Utilities are developing new monitoring and energy management technologies but are missing ‘Marketing 101’ basics. I posted following comments on Fast Company article http://www.fastcoexist.com/1678981/smart-meters-not-just-for-electricity-anymore#comments
Agree we need to educate the public about smart infrastructure, but we need to refocus our strategy and message here.
Today we take a ‘silo’ approach driven by utilities and what technology driven services they can deliver to the market. Water supply companies describe capabilities from managing real time supply and demand metrics, and creating new features to improve cost performance. Same for electric utilities.
To secure public support and replicate the benefits many other countries have realized, I recommend a “Marketing 101″ approach to policymaking here, starting with the public consumer. First, define benefits we want to deliver, then define the functions and features needed to deliver these benefits. In my ‘Marketing 101’ model, technology is a enabler, a means to the end, to deliver benefits to end users. Remote meter reading and energy management are technical features, not benefits.
I am leading a new health care which will empower users to more effectively manage and track medications, vital signs and wellness using proprietary technology. While it is seductive to start with what I call real, ‘gee-whiz’ technology, our winning strategy focuses 100% on what users need, want and how we use technology to create benefits to build a sustainable business. Lots of exciting and proprietary technology here, but need to always keep in mind technology is an enabler for the real business.
So going back to our meter reading/energy technology enabler, following ‘Marketing 101’ thinking, a good starting point in the policy discussion is to develop proposed applications which target sectors and deliver real definable benefits to users. Some
suggestions, and I am sure readers will have many more ideas:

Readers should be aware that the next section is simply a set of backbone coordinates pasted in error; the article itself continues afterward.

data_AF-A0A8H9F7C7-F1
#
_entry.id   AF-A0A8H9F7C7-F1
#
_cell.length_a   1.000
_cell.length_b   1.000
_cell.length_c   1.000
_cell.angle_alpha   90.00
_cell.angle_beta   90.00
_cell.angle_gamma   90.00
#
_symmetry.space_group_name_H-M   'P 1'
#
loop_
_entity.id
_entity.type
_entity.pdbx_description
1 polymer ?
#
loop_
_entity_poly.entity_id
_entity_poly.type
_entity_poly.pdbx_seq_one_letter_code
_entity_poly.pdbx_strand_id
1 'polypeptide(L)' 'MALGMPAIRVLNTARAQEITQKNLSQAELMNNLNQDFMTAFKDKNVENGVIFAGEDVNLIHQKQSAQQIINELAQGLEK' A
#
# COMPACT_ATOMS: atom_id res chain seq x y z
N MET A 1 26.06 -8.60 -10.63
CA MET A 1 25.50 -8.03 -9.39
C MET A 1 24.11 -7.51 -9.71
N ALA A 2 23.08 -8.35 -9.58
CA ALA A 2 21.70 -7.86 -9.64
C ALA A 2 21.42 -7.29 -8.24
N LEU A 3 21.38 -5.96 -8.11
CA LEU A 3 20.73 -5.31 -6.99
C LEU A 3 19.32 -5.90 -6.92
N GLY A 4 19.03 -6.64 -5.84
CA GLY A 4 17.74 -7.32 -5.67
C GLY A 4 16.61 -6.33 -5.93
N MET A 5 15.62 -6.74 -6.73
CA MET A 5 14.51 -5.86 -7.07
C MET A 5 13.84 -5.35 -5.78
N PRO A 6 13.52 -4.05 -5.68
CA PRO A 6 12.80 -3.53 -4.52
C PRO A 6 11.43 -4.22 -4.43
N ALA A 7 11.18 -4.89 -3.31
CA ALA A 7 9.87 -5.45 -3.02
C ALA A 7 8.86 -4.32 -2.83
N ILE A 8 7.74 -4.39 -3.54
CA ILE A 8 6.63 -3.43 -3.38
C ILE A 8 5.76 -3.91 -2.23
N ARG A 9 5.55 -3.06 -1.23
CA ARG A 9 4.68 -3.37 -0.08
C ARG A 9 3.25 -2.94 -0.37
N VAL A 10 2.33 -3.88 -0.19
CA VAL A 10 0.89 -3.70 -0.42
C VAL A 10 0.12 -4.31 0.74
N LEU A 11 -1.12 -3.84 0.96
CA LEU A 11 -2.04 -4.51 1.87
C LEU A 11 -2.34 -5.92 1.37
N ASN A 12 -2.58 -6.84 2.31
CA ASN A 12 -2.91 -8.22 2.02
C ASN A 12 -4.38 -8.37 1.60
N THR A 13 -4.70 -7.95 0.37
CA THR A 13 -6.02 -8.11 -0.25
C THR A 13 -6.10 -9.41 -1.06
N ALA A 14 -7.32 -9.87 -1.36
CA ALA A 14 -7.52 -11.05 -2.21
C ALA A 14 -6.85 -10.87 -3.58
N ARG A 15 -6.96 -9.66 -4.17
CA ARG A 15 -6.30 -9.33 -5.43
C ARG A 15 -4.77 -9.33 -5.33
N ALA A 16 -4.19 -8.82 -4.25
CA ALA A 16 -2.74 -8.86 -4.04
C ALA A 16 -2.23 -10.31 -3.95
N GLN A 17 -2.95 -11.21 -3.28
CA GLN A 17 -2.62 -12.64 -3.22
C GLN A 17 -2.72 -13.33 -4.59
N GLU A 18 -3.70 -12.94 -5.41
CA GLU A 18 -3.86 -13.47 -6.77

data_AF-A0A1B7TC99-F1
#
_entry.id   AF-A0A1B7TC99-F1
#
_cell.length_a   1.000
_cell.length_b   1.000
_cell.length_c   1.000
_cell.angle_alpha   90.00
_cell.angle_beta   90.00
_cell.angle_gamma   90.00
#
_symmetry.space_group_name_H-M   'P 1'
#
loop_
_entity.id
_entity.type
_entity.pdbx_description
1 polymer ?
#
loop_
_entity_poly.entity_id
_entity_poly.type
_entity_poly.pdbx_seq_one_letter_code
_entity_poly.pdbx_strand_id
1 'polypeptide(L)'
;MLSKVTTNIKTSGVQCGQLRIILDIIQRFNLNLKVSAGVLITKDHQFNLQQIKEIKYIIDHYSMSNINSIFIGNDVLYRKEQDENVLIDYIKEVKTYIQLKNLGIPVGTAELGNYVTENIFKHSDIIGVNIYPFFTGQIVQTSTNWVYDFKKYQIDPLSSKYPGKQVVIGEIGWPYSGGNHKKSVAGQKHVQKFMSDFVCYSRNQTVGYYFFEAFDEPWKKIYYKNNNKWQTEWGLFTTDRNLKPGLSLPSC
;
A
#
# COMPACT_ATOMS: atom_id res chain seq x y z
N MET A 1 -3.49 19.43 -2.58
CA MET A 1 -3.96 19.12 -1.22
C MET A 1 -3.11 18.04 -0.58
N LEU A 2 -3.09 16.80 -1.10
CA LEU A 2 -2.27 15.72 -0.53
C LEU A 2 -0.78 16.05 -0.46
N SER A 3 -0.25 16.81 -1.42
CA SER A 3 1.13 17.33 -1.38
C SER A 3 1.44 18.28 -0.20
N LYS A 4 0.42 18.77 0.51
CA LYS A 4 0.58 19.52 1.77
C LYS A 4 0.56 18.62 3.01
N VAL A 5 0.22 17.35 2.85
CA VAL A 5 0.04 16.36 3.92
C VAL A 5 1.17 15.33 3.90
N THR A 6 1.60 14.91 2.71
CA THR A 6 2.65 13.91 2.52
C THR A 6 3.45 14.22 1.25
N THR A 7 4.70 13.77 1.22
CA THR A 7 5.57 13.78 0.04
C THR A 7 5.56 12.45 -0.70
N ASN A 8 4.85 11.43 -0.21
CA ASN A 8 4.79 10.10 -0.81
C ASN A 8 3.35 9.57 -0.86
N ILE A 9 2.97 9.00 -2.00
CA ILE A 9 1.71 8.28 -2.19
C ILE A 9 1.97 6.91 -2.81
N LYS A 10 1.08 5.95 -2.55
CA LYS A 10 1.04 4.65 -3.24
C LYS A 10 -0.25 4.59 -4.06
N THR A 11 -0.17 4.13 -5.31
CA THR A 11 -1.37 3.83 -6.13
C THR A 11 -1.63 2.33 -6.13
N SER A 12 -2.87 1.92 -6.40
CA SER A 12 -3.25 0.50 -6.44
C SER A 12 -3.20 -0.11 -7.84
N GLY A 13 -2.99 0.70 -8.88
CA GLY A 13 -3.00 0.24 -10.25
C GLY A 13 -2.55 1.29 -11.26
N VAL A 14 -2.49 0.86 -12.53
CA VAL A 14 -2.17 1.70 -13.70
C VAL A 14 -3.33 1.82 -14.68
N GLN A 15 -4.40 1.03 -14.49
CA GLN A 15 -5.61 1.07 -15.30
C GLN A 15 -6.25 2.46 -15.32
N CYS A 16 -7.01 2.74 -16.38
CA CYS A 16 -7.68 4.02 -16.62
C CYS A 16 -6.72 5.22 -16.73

1.Senior Utility Management Program: Integrated program to manage all utilities targeting seniors – integrated billing, management, budgeting service with appliance management and maintenance – turnkey service. While I do not expect utilities to
necessarily offer these services, utilities can take the lead defining these new capabilities, making data available to third party providers, and create an exciting new market segment which will attract new ventures. Note utilities can be the driver here, pursuing an ‘open platform’ strategy, setting standards, following the model in other sectors.
2. Home Management Services: Expand the model, leverage M2M (machine to machine) technologies, and offer users a comprehensive utility and home management/monitoring system, status updates and other features. These applications are emerging in various forms – what I am suggesting is utilities can be
‘entrepreneurial partners’ here to help jumpstart the process. The M2M market , is exploding, and these applications deliver real benefits to users
‘Marketing 101’ thinking works in the commercial sector to develop and drive new business. Given technology advances in the utility sector, I see opportunity for Marketing 101” thinking there also to improve utility cost performance and deliver real benefits (not just new technology) to users.
Paul B. Silverman
Author: Worm on a Chopstick : Understanding Today’s Entrepreneurial Age: Directions, Strategies, Management Perspectives http://paulbsilverman.com/books/
Linked in: Paul Silverman